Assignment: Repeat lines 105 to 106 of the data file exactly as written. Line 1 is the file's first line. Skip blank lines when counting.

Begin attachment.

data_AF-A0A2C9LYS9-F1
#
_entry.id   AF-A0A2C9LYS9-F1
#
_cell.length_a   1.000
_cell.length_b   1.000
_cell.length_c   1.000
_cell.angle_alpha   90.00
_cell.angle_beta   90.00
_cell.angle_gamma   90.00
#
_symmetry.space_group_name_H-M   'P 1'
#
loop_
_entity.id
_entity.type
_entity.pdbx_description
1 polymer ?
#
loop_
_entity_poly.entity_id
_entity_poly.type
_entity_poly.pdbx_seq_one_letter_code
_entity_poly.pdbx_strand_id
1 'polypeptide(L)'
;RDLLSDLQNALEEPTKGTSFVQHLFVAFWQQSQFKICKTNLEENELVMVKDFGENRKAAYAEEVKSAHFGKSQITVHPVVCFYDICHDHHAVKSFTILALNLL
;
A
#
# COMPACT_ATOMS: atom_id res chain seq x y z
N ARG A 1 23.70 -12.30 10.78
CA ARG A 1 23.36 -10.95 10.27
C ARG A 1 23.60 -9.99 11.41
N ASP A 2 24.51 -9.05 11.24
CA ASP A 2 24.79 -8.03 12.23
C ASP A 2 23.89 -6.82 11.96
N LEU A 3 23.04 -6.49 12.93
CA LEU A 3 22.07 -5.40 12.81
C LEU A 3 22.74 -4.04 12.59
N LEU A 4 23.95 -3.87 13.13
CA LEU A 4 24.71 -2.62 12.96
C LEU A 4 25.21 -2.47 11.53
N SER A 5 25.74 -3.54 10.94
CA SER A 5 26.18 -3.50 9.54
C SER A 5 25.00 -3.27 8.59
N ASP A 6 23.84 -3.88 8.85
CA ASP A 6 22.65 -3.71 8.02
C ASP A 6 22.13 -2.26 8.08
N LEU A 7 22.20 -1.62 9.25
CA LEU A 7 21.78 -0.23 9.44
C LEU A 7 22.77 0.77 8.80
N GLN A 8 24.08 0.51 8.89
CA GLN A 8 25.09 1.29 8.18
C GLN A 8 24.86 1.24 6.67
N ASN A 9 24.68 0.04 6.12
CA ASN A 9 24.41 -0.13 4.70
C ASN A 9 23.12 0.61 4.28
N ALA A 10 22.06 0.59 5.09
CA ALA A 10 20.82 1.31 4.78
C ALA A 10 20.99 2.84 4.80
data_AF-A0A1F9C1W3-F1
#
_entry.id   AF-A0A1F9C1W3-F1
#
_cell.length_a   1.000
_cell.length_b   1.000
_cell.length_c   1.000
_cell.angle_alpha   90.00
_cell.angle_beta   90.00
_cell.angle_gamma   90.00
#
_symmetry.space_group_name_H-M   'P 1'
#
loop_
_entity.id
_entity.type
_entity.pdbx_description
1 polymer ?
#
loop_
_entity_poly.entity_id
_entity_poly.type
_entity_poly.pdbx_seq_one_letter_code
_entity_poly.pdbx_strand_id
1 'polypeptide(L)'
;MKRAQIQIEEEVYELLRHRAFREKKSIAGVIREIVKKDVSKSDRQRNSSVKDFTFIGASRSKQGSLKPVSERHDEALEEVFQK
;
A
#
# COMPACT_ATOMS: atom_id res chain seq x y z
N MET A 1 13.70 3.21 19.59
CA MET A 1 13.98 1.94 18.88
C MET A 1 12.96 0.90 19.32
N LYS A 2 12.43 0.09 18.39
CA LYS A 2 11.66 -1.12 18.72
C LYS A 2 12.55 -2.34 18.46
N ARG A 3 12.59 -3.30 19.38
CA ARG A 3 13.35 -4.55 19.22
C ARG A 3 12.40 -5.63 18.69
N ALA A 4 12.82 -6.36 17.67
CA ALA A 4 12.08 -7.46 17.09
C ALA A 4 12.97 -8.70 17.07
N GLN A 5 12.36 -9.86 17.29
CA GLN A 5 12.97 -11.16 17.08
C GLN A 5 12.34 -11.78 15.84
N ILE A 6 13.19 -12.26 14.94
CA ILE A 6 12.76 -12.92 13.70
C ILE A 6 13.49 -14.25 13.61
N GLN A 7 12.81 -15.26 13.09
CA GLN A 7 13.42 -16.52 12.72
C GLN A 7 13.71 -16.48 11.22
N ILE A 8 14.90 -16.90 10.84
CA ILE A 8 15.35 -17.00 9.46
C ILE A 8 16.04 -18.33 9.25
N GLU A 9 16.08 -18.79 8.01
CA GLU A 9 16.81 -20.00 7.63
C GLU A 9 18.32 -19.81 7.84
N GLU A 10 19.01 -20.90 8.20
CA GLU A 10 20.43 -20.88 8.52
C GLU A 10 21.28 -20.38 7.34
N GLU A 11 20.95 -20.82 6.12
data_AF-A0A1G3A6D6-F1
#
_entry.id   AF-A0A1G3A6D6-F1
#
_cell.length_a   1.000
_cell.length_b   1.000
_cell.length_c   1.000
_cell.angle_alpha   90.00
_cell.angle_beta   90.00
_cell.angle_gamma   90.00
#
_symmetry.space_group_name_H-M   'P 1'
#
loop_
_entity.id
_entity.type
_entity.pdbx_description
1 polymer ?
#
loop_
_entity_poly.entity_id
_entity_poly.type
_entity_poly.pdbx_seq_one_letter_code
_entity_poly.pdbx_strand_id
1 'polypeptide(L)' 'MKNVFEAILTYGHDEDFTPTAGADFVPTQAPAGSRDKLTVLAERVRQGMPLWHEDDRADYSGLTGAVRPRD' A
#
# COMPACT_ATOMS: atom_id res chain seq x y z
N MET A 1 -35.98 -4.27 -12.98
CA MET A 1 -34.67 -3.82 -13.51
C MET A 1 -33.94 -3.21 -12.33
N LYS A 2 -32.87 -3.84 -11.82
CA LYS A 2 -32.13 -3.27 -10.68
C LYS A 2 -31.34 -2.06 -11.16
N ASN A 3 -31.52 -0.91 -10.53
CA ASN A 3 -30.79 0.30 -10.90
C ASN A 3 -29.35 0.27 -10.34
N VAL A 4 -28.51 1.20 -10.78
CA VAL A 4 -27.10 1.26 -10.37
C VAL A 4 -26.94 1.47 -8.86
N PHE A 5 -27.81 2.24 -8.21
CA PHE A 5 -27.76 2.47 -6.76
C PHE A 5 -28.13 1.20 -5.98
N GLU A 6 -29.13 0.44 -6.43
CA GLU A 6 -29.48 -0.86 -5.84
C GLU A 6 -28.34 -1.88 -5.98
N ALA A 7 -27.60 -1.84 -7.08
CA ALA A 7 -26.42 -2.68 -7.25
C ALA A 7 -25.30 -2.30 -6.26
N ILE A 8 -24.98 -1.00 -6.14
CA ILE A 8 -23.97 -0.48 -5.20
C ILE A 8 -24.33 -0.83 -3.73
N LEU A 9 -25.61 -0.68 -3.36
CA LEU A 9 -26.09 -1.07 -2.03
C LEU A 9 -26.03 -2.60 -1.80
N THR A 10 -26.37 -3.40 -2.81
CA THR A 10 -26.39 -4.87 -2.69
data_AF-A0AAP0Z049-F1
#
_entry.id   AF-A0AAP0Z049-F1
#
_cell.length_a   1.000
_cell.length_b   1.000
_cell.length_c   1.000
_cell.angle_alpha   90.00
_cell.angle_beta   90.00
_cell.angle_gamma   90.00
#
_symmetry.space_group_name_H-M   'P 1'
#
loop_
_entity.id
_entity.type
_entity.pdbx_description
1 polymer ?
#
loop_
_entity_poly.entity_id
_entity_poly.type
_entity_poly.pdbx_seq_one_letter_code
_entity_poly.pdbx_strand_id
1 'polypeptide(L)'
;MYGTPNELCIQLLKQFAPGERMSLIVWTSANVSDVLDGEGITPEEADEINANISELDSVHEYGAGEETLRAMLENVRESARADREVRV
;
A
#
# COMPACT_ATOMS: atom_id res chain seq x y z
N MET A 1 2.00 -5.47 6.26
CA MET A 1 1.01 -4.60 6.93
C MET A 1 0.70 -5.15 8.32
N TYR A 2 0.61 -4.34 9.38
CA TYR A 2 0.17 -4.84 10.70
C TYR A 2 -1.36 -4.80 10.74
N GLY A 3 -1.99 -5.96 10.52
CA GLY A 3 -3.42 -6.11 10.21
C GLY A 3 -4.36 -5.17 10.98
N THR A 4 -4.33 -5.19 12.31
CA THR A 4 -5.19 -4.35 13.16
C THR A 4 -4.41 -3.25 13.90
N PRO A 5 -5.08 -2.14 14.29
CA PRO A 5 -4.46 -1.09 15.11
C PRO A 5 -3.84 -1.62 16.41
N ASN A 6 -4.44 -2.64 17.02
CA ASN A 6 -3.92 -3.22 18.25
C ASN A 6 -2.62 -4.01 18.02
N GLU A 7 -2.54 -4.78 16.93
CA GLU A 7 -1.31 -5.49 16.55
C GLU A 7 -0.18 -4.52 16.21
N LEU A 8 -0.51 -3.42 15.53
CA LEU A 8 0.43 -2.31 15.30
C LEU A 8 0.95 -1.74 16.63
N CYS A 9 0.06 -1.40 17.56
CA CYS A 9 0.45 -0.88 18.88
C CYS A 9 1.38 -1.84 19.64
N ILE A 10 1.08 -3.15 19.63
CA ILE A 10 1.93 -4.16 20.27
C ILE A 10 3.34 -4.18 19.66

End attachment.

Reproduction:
C GLN A 5 12.34 -11.78 15.84
N ILE A 6 13.19 -12.26 14.94